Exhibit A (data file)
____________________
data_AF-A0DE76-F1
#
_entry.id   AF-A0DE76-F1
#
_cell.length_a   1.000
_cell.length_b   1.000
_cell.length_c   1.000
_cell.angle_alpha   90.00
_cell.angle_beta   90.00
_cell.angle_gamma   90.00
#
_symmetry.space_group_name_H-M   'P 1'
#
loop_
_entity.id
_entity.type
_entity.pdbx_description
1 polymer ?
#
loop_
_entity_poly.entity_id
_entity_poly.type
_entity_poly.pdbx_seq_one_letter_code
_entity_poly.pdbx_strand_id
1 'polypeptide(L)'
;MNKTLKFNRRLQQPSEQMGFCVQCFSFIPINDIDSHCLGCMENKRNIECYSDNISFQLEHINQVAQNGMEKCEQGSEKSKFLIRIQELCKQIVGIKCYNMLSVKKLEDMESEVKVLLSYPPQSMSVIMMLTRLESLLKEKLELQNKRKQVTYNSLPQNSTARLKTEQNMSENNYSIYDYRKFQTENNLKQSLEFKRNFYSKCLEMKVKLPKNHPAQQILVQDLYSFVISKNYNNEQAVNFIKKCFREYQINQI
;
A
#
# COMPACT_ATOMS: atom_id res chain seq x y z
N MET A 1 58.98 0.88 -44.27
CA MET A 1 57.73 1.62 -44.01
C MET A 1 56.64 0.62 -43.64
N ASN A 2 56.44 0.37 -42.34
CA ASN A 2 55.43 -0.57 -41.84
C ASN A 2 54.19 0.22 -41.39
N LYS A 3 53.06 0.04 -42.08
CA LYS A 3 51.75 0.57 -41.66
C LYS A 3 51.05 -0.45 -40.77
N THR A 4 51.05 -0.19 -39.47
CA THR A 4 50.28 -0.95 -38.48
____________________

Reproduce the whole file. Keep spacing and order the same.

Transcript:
data_AF-A0DE76-F1
#
_entry.id   AF-A0DE76-F1
#
_cell.length_a   1.000
_cell.length_b   1.000
_cell.length_c   1.000
_cell.angle_alpha   90.00
_cell.angle_beta   90.00
_cell.angle_gamma   90.00
#
_symmetry.space_group_name_H-M   'P 1'
#
loop_
_entity.id
_entity.type
_entity.pdbx_description
1 polymer ?
#
loop_
_entity_poly.entity_id
_entity_poly.type
_entity_poly.pdbx_seq_one_letter_code
_entity_poly.pdbx_strand_id
1 'polypeptide(L)'
;MNKTLKFNRRLQQPSEQMGFCVQCFSFIPINDIDSHCLGCMENKRNIECYSDNISFQLEHINQVAQNGMEKCEQGSEKSKFLIRIQELCKQIVGIKCYNMLSVKKLEDMESEVKVLLSYPPQSMSVIMMLTRLESLLKEKLELQNKRKQVTYNSLPQNSTARLKTEQNMSENNYSIYDYRKFQTENNLKQSLEFKRNFYSKCLEMKVKLPKNHPAQQILVQDLYSFVISKNYNNEQAVNFIKKCFREYQINQI
;
A
#
# COMPACT_ATOMS: atom_id res chain seq x y z
N MET A 1 58.98 0.88 -44.27
CA MET A 1 57.73 1.62 -44.01
C MET A 1 56.64 0.62 -43.64
N ASN A 2 56.44 0.37 -42.34
CA ASN A 2 55.43 -0.57 -41.84
C ASN A 2 54.19 0.22 -41.39
N LYS A 3 53.06 0.04 -42.08
CA LYS A 3 51.75 0.57 -41.66
C LYS A 3 51.05 -0.45 -40.77
N THR A 4 51.05 -0.19 -39.47
CA THR A 4 50.28 -0.95 -38.48